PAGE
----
Island Hopping Croatia: A Ferry Guide

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View of Hvar Island, Croatia

The lovely Hvar Island, Croatia - just waiting for an island hopping adventure

Croatia’s Dalmatian coast is becoming seriously popular with backpackers. Head there for some chill-out time after a crazy summer festival (Exit or Sziget spring to mind) and make time for relaxed island hopping and beer drinking in the sunshine.

Here’s my tried-and-tested guide to island hopping in Croatia:

My favourite island hopping route begins in Split, then onwards to Hvar and Korcula, finishing things off on mainland Dubrovnik. It can be a bit of a logistical nightmare, with confusing rules to secure ferry tickets and really expensive taxi fares if you get it wrong.

Split -Hvar

Check out Jadrolinija , a company that operates passenger and car ferries to and from Split. Be sure to buy tickets the day you want to travel; the ticket office is on the quayside at Split. Boats leave for Hvar (GBP 2.50) three times a day, more frequently between June and August.

Get there early, especially for morning departures. At 9.15 I was in a 20-person deep queue for the 11.30 boat, and only just bagged the last tickets!

You can travel as a foot passenger on a car ferry, but you’ll end up in Stari Grad rather than in Hvar Town – from here, you’ll either need to catch a connecting bus or a taxi (GBP 40).

Hvar – Korcula

Plan ahead if you’re after equal time on Hvar and Korcula; the ferry departs Hvar at 6pm. Great if you can’t drag yourself from the beach in Hvar, annoying if you’re losing a day in Korcula. Tickets (GBP 3.90) can be bought a day in advance from the shop to the left of the Post Office in the port.

Don’t jump ship when the boat stops first at Vela Luka; this is at the opposite end of the island to Korcula Town where you’ll most likely be heading – stay put until the next stop, or you’ll face a 50km journey by taxi (approx GBP 50) to town.

Korcula – Dubrovnik

You can travel from Korcula to Dubrovnik by land as well as sea. The ferry service between Korcula and Dubrovnik stops at Sipan and Mljet en route – smaller islands well worth exploring – docking in the port in Dubrovnik.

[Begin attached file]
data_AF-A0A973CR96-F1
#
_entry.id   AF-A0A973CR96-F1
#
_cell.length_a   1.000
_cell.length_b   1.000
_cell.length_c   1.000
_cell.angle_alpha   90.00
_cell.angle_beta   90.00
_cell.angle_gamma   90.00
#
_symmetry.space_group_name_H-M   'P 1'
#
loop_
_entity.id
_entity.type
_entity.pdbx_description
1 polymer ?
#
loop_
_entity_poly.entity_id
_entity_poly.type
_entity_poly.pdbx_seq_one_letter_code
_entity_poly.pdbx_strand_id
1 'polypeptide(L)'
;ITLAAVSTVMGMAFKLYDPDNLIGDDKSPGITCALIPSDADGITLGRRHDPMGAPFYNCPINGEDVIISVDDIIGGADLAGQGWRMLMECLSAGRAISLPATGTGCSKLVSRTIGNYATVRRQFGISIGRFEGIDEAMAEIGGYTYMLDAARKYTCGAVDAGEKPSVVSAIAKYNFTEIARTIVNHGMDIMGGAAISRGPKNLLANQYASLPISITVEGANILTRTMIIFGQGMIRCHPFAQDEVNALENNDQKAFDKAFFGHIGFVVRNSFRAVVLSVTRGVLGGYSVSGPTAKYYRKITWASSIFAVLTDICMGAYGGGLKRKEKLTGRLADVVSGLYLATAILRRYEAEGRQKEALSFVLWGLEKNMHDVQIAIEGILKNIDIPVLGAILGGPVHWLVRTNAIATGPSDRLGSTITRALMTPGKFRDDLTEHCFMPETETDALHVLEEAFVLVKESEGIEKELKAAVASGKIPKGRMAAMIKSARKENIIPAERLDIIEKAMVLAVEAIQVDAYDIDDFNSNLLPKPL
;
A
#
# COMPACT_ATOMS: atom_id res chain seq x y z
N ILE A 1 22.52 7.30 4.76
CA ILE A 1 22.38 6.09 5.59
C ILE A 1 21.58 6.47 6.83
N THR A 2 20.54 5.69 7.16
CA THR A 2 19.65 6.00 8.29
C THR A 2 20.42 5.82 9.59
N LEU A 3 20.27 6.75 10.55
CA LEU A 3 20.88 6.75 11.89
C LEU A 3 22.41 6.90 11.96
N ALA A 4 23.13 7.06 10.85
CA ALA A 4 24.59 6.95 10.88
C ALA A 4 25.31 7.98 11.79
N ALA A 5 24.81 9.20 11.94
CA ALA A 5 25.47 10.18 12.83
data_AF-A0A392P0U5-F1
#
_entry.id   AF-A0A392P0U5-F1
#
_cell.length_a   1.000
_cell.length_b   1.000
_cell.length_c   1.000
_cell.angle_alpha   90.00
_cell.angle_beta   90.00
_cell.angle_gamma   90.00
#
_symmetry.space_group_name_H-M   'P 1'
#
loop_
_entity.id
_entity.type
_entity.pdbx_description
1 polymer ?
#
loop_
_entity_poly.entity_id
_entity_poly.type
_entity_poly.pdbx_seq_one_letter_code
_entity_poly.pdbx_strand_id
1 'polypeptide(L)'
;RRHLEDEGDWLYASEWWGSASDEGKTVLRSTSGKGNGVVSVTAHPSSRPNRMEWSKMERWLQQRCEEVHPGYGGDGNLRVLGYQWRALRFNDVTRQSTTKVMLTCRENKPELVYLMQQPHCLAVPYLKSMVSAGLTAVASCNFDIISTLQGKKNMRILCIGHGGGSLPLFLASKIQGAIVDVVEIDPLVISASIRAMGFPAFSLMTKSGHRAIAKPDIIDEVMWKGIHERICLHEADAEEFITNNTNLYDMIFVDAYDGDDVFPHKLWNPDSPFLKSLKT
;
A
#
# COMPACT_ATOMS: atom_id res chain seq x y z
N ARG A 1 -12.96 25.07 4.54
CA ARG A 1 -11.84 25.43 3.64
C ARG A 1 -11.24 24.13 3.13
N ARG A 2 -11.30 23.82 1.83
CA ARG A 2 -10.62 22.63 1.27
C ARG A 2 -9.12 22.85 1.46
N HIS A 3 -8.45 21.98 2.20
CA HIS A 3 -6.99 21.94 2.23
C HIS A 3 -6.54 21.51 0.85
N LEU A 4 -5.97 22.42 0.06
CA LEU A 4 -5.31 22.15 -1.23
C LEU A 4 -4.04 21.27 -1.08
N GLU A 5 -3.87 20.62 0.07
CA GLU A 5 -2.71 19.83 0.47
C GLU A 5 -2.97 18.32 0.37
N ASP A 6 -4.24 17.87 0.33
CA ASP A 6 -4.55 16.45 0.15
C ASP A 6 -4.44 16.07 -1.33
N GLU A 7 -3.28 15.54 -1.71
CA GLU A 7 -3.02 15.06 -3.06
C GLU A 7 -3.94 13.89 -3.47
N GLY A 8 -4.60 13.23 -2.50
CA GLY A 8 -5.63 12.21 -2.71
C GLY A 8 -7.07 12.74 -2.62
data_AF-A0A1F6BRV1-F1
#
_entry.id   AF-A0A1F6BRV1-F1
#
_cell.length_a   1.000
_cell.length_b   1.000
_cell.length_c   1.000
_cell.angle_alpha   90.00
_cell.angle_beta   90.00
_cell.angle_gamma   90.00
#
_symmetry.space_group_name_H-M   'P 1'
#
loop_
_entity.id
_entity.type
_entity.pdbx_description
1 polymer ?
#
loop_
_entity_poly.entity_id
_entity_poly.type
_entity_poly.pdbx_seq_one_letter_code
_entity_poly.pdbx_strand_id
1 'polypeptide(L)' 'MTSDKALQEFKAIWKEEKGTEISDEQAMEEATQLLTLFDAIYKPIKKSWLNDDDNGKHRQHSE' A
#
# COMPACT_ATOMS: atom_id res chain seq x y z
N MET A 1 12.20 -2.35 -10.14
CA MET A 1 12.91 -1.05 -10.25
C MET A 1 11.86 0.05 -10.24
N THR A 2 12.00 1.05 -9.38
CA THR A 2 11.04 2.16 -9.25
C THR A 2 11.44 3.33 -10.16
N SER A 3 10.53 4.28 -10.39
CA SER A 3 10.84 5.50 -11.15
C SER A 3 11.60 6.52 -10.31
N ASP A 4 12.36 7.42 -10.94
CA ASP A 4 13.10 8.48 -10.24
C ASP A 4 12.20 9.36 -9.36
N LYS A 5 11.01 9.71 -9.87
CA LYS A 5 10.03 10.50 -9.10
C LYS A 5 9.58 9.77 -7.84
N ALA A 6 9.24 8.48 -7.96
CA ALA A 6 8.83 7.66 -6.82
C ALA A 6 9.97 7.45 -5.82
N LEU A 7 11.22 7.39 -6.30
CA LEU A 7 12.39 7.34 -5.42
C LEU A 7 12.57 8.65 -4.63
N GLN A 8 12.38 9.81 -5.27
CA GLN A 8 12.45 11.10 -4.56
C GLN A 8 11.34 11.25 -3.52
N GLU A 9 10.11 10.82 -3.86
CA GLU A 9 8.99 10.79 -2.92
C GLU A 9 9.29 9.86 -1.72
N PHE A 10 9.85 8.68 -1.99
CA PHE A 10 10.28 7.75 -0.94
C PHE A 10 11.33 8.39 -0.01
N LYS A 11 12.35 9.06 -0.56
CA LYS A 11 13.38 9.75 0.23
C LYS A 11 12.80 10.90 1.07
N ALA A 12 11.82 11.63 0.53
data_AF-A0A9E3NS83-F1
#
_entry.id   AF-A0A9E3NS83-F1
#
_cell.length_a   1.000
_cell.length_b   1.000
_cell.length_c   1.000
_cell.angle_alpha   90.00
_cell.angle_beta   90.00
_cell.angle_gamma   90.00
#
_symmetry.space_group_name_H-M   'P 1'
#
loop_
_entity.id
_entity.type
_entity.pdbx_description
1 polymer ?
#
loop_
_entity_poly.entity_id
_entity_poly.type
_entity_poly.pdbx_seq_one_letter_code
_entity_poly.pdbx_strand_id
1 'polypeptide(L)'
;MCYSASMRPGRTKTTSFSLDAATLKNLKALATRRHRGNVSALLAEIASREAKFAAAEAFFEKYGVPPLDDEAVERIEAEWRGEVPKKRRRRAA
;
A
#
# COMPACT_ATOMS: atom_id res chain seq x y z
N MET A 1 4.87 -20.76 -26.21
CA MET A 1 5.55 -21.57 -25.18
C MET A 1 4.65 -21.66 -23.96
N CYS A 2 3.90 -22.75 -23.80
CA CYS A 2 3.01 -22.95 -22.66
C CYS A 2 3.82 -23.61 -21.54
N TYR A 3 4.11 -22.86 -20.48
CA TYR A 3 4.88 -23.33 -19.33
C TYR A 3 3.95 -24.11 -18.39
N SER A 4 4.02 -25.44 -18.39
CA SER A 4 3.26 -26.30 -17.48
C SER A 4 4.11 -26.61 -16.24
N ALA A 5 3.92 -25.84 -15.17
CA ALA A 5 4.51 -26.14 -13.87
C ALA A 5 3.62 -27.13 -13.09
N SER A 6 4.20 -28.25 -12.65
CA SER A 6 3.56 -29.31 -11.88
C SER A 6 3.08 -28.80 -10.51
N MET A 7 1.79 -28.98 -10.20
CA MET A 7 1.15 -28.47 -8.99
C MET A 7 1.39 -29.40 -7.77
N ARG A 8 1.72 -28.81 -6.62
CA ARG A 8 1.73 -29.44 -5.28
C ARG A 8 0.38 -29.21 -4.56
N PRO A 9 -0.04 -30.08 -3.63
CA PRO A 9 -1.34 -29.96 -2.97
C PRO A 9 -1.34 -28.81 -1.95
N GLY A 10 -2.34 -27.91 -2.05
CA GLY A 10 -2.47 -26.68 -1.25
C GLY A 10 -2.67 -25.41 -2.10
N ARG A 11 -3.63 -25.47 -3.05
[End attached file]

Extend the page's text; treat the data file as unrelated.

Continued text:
The ferry company waits for daily confirmation of the number of tickets eligible to be sold. For the 4pm ferry, get to the ticket shop (behind the supermarket at the east port of Korcula) at 8am on departure day, to sign your name on ‘the list’ (essentially a queue on a piece of paper). Return at 9.30am and if you put your name down in time, your ticket (GBP 7) will be waiting for you.

Return 15 minutes before departure to check at which of Korcula’s two ports the boat is going to dock at: east or west.

Alternatively, coaches depart from the bus station, 100m east of the Old Town, with a timetable that varies daily – check at the bus station for an up-to-date timetable.­­­­­

From both points of arrival, catch a local 1a or 1b bus (GBP 1.50) to the Old Town.

Take a look at our travel guide to Croatia.


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About Polly Crossman

Polly Crossman is a freelance journalist based in London. Since travelling to Bolivia five years ago, she fell for the carefree nature of travelling and the irresistibility of world food, and has been hooked ever since. Polly has racked up travels to Europe, India, China, Thailand, Vietnam and Cambodia, with many more trips in the pipeline. She has written for Sunday Times Travel Magazine, 101 holidays, Stuff Your Rucksack, Preferred and a whole host of in-flight magazines, and is excited to be reliving her experiences and sharing her tops tips writing for Gap Daemon.

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